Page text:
The Venezuelan government announced Monday the capture of nine Colombian paramilitaries who entered the country to carry out "a mission in Caracas" that may have entailed an attack on President Nicolás Maduro.

"Undoubtedly, all this can be part of a plan that is being orchestrated from there (neighboring Colombia) to attack the life of our president and against the stability of the Bolivarian government," the interior minister, Gen. Miguel Rodríguez Torres, told reporters.

The first group of Colombian intruders was intercepted in Tachira state in possession of an AK-47 assault rifle, a shotgun, three handguns and two grenades.

Another contingent, apprehended in Guanare, was carrying an AR-15 assault rifle, a handgun and uniforms with insignia of the Venezuelan army, the minister said.

The second group also had a "black box" from an aircraft and a case holding various pieces of avionics.

The detainees told Venezuelan authorities that though they were en route to Caracas to carry out a mission, they had yet to be given precise instructions.

They also suggested that a third group of Colombian paramilitaries was already in the Venezuelan capital, Rodríguez said.

News of the capture came a few days after Maduro reiterated accusations that Colombia's former president, Alvaro Uribe, is leading a plot against his government.

The Venezuelan head of state also alleged that current Colombian counterpart Juan Manuel Santos knew of Uribe's activities and failed to alert Caracas.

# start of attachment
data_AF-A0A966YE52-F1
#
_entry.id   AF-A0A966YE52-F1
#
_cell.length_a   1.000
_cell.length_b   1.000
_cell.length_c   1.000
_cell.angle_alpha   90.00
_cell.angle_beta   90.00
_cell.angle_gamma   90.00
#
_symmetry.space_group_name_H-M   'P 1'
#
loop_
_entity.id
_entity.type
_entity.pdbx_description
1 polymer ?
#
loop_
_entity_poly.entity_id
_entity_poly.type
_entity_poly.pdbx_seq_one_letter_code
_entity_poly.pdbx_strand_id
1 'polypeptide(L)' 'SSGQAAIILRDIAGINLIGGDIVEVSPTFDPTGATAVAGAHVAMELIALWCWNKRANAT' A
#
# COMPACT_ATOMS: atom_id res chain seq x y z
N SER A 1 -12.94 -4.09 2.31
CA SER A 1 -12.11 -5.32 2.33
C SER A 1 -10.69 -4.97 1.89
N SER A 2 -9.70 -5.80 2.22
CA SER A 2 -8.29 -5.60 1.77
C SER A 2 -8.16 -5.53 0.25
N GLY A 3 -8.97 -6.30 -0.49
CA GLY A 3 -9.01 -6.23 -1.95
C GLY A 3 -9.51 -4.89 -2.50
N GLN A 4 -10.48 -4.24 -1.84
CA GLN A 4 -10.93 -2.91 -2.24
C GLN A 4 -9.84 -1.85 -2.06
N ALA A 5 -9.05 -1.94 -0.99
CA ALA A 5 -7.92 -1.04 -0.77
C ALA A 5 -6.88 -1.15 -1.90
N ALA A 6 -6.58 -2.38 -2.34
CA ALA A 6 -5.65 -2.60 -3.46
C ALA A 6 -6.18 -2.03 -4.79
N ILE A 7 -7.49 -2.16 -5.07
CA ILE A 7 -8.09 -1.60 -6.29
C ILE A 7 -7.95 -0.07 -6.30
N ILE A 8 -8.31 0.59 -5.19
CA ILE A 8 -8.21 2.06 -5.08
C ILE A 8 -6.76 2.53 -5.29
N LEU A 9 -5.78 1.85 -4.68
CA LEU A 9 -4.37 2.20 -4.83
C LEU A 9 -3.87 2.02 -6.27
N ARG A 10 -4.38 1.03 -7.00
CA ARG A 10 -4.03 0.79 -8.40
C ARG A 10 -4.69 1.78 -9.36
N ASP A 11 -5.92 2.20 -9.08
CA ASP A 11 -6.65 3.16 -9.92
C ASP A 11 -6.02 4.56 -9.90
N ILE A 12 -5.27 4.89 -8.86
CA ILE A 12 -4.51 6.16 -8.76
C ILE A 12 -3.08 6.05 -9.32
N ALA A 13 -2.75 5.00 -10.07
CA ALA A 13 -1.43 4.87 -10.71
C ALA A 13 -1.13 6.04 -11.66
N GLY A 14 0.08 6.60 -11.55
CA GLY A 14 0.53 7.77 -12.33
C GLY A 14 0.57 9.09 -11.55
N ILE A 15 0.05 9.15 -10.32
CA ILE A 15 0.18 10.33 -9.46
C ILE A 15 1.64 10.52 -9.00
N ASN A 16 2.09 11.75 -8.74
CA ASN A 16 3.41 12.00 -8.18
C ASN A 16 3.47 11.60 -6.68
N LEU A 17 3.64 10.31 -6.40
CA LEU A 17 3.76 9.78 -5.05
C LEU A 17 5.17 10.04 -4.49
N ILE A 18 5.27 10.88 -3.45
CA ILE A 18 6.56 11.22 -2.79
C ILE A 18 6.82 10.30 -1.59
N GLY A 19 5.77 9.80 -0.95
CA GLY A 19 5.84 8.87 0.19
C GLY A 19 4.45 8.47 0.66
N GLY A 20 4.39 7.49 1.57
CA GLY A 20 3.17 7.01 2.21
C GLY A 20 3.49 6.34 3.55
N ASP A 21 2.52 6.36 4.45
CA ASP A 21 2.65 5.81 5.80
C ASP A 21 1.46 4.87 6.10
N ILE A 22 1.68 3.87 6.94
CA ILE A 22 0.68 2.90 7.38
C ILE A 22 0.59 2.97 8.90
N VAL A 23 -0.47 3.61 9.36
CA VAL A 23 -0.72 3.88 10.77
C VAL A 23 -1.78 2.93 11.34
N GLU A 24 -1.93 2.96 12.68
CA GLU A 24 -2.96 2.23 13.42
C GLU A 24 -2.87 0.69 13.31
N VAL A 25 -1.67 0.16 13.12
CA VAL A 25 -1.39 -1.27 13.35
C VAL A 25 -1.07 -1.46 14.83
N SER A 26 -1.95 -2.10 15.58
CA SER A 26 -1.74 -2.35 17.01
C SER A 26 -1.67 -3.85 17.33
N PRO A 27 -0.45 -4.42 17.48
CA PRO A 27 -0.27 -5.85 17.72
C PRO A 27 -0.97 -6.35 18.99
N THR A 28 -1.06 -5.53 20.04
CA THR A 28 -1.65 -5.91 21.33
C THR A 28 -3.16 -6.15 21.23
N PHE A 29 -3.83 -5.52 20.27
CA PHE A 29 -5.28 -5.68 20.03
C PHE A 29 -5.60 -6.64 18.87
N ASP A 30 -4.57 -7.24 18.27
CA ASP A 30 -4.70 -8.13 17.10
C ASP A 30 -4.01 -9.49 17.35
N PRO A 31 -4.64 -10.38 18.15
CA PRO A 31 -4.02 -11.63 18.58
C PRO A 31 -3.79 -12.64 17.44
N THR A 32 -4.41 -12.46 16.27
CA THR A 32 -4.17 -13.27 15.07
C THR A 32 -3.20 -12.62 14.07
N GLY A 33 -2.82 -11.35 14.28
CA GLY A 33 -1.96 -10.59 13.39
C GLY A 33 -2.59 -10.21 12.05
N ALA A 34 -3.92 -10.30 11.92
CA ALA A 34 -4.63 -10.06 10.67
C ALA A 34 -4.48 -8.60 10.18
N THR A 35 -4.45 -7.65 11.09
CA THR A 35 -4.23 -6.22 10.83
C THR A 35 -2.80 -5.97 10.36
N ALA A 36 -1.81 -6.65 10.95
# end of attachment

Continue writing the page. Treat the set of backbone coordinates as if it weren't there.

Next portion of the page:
Relations between Colombia and Venezuela, which reached a nadir toward the end of Uribe's 2002-2010 tenure, have improved dramatically under Santos, despite the broad ideological gulf that separated him from the leftist government of Venezuelan President Hugo Chávez.

The picture darkened after the April 14 special election to choose a replacement for Chávez, who died March 5 after a long battle with cancer.

Opposition candidate Henrique Capriles refuses to accept his narrow loss to Maduro, Chávez's designated successor, and has been seeking support from outside Venezuela.

Maduro's administration reacted angrily after Santos received Capriles.

Rodríguez said that while some will mock the Maduro government's concerns, Venezuela's experiences justify vigilance.

He noted attacks against diplomatic missions in Venezuela in 2003 and the apprehension of more than 100 Colombian paramilitaries the following year.

The minister did not even mention the April 2002 coup that briefly unseated Chávez. 

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